A Look Back at 10 Years of Independence in Timor-Leste
May 30, 2012
Timor-Leste marked 10 years of independence over the past weekend, with UN Secretary General Ban Ki-moon commending Asia’s newest nation for its “impressive advances,” and congratulating the new President, Taur Matan Ruak, on his inauguration. While many are reflecting on the nation’s great achievements, others are also asking, how much real change has the preceding 10 years really brought to the citizens of Timor-Leste in terms of the economy, political participation, justice, and other social aspects of life?
Indeed, Timor-Leste has seen many changes over the past 10 years since independence was restored following a landmark referendum. For starters, it has managed to build the state, from scratch, following the devastating scorched-earth campaign by military backed pro-Indonesian militias. The efforts to build state institutions, by nature, have a fair share of sweet success and bitterness. Timor-Leste’s journey was tarnished by some early setbacks beginning in 2002 with the burning of the then prime minister Alkatiri’s house and Hello Mister, the biggest supermarket at the time in Timor-Leste. These events were followed by ethnic conflict in 2006 which resulted in the displacement of more than 100,000 people from their homes, hundreds of which were destroyed. In 2008, the country had the world on the edge of its seat with the alleged assassination attempts on both former president Ramos Horta and Prime Minister Xanana Gusmao. The incident resulted in the death of Alfredo Reinaldo, the leader of breakaway military faction and Ramos Horta shot and seriously wounded, while Prime Minister Xanana escaped unhurt.
Despite these setbacks, the last 10 years have also brought some very positive economic changes. Over the past three years, Timor-Leste has logged double-digit economic growth figures (although some do doubt how long the government can sustain the current level of spending in the absence of a viable private sector, as the country’s economy is still heavily subsidized by the government). Also, most of this exponential economic growth remains concentrated in the capital, Dili, despite efforts by the current government to offset this imbalance through a wealth redistribution policy.
A growing concern among private business owners is that the adoption of a free market economy at the small business level has made even the smallest businesses, such as local shops, face stiff competition from foreign nationals, mostly Chinese. This is forcing some local competitors into “survival mode” as they struggle to compete with the influx of well-funded, business-savvy foreigners, resulting in the closure of many local businesses. Governing small business ownership by foreign nationalities will be an important task for the new government.
In the justice sector, there have been many achievements in the past 10 years: from the enactment of important legal frameworks, such as a witness protection law and money laundering law, to the growing number of trained lawyers and judges. One remaining challenge is that the judges and lawyers need to build their capacity to deal with growing social problems, which have lead to an increase in court cases.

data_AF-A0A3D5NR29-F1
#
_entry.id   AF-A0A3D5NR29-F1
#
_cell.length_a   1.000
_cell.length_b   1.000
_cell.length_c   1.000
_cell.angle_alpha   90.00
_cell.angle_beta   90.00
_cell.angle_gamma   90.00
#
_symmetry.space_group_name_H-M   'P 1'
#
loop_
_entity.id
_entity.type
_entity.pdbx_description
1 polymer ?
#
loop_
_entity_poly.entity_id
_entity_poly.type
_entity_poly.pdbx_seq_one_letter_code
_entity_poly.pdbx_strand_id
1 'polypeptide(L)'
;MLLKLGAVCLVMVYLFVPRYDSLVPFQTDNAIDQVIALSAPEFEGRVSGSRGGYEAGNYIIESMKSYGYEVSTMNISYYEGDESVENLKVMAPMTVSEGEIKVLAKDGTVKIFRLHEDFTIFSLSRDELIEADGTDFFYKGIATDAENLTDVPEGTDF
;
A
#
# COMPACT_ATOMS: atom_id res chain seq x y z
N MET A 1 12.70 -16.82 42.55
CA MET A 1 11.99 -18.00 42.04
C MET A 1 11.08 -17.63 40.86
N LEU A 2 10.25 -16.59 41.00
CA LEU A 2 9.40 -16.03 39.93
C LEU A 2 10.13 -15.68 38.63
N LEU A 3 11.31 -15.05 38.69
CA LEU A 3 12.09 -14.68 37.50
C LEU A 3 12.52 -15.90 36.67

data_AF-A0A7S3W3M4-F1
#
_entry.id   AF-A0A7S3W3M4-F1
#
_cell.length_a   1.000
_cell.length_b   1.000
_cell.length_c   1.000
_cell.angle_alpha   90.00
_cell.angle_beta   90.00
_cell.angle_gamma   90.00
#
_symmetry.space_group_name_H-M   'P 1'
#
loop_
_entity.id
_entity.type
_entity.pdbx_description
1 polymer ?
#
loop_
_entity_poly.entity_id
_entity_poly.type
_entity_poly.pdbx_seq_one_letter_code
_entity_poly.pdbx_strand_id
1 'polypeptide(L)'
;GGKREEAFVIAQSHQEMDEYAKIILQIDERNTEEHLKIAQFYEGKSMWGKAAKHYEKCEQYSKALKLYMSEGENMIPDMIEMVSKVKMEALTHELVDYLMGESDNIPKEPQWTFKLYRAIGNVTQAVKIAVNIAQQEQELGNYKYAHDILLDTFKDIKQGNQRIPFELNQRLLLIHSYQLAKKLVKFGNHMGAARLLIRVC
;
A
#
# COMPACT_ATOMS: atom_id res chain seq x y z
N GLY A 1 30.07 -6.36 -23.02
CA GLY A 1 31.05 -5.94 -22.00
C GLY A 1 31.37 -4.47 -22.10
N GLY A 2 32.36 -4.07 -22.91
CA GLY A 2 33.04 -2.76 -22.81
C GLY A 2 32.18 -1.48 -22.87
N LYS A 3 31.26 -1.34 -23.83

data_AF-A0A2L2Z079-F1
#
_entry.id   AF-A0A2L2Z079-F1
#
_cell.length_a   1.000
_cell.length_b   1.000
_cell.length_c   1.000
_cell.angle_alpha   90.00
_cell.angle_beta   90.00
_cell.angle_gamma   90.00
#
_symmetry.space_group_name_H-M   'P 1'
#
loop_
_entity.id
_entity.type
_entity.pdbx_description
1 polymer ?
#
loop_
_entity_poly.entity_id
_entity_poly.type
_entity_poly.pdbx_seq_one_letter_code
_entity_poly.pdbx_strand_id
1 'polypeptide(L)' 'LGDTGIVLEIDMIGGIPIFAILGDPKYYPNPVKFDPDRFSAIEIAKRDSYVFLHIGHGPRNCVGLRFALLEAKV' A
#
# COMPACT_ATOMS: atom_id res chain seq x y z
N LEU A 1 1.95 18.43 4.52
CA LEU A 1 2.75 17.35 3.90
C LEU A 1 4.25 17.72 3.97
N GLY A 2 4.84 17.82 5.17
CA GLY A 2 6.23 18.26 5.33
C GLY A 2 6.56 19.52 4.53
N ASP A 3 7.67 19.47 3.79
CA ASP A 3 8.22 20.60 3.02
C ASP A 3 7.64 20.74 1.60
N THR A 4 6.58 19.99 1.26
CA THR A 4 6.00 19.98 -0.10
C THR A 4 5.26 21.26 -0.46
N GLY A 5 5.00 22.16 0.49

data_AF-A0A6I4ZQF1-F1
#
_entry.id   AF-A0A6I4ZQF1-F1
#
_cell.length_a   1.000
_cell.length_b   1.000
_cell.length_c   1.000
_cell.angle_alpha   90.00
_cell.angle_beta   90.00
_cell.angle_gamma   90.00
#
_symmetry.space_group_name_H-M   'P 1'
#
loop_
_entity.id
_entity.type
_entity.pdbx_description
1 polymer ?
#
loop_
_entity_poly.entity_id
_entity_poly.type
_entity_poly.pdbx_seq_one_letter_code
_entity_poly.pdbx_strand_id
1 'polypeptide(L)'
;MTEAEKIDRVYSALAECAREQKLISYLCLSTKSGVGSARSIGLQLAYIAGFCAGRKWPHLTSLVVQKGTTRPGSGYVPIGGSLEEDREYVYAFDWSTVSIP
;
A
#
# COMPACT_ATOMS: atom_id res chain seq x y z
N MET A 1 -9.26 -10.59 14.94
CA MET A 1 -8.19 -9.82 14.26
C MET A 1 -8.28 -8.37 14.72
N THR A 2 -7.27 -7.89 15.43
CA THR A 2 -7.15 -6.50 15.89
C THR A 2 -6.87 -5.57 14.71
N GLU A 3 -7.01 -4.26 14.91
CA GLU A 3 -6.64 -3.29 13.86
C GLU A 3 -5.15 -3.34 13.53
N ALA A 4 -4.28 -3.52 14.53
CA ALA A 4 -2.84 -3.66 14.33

Questions on justice for past atrocities still resonate strongly among victims – estimates suggest that 183,000 East Timorese lost their lives from fighting, disease, and starvation during Indonesian occupation. Despite this contentious issue, Timor-Leste is currently heavily reliant on import products from Indonesia, and not surprisingly, the government is deeply concerned about maintaining relations with Indonesia. Any policy decision that could upset the Indonesian government could lead to destabilization in the border area. Moreover, Timor-Leste is keen to join ASEAN and sees Indonesia as a strategic partner that could assist in Timor-Leste’s ASEAN accession process.
However, despite the country’s violent history with the Indonesian occupation, recent civil unrest, and attempted assassination against top leaders of the country, four years of relative stability and peace has given citizens a great deal of hope for the future.
At the same time, the government has made efforts to fight corruption, starting with establishing an official anti-corruption body in 2008. While some remain skeptical about the body’s ability to be impartial, others say it has done an excellent job. Since its inception, many accused of corruption are now under investigation, most notably the recent suspension of Justice Minister Lucia Lobato accused of corruption and abuse of power. Another minister is about to face court soon, while a local newspaper recently reported that the anti-corruption body is to question the president of the National Parliament on the purchase of 65 luxury cars for members of Parliament. This is a step in the right direction. Regardless of the body’s imperfections, for a new country and a newly set up body, this is an achievement in itself. This past four years has set a good precedent in the fight against corruption, and has sent the message that no one is untouchable, be it a minister or the president of the National Parliament.
The national strategic development plan announced by Prime Minister Xanana Gusmao has set a clear path for Timor-Leste in the next 10 to 20 years. The nation must now concentrate on laying the groundwork for achieving those goals. Looking at Timor-Leste’s current condition, it is on the right track. However, we must ensure that security and stability remain intact in order to continue in a positive direction.
Mário F. Costa Pinheiro is a program officer for The Asia Foundation’s Parliamentary & Ministerial Strengthening Programs in Timor-Leste. He can be reached at firstname.lastname@example.org. The views and opinions expressed here are those of the individual author and not those of The Asia Foundation.
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